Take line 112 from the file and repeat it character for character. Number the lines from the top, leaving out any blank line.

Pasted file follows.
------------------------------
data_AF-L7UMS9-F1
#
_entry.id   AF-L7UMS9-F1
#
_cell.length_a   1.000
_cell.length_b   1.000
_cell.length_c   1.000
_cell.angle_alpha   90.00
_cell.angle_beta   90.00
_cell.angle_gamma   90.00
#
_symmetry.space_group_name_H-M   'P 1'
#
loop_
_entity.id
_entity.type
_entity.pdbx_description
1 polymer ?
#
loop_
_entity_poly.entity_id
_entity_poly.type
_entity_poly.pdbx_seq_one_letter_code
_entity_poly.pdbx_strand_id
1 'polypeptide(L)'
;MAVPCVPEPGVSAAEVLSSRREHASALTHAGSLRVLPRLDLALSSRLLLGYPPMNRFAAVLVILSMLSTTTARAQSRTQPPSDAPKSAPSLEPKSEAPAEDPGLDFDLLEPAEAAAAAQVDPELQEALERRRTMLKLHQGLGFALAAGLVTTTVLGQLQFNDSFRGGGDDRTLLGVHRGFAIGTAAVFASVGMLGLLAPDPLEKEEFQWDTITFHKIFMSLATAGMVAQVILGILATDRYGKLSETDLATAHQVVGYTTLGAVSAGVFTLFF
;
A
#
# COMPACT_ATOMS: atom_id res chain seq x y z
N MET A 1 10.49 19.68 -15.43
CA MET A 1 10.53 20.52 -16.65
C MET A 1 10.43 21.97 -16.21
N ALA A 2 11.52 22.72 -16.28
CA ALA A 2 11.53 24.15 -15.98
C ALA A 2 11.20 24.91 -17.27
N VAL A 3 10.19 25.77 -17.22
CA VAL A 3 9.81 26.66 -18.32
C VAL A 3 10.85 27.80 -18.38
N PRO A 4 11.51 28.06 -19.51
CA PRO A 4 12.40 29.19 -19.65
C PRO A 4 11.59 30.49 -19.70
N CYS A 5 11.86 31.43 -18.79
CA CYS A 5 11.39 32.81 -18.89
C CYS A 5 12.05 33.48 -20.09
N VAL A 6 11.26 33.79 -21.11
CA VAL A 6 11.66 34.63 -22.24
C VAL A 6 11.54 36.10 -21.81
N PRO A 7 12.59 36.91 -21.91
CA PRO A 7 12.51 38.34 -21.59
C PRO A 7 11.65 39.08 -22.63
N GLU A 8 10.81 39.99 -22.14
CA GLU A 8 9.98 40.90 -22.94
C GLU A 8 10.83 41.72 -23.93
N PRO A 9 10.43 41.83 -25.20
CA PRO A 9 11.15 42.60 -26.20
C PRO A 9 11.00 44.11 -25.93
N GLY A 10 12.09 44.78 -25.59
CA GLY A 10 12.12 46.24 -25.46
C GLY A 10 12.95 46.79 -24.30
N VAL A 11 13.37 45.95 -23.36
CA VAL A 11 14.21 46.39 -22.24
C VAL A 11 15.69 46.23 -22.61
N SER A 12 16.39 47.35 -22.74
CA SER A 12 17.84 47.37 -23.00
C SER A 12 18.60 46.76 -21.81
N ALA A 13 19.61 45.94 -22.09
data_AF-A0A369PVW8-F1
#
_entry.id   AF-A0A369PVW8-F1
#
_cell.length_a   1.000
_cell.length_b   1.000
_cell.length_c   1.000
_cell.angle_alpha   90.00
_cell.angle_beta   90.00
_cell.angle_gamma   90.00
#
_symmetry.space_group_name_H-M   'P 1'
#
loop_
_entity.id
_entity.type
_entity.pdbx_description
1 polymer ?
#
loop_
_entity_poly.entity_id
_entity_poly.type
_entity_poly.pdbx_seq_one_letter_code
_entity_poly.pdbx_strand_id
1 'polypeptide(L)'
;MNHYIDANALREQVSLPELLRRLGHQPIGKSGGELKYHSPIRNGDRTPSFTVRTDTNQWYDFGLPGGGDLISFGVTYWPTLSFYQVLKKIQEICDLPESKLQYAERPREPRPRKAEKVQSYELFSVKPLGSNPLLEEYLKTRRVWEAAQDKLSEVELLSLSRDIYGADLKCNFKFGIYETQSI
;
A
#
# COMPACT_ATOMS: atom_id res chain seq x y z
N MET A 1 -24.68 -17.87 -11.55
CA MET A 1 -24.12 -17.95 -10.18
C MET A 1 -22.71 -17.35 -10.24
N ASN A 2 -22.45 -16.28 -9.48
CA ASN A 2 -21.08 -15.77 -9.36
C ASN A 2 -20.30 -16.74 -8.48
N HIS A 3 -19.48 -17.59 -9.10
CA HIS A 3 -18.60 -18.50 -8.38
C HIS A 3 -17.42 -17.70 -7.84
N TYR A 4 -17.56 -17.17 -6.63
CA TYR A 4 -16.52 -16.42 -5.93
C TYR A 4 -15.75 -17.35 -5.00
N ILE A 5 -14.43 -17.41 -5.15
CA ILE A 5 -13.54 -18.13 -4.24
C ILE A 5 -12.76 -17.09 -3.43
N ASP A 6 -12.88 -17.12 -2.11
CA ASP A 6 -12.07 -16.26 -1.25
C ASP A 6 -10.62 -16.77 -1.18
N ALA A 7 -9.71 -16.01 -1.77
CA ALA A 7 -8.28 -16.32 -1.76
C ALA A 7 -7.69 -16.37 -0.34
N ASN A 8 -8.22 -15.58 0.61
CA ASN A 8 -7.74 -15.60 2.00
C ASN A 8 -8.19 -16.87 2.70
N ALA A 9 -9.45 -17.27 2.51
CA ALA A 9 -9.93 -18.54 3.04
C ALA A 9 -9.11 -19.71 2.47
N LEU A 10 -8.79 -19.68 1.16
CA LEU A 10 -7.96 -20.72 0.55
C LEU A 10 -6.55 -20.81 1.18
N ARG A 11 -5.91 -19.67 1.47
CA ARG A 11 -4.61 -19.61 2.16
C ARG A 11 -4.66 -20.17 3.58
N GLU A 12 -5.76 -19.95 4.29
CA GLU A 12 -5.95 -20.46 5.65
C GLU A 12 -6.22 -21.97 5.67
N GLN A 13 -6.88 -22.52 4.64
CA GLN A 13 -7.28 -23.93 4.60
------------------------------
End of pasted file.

C ILE A 5 -12.76 -17.09 -3.43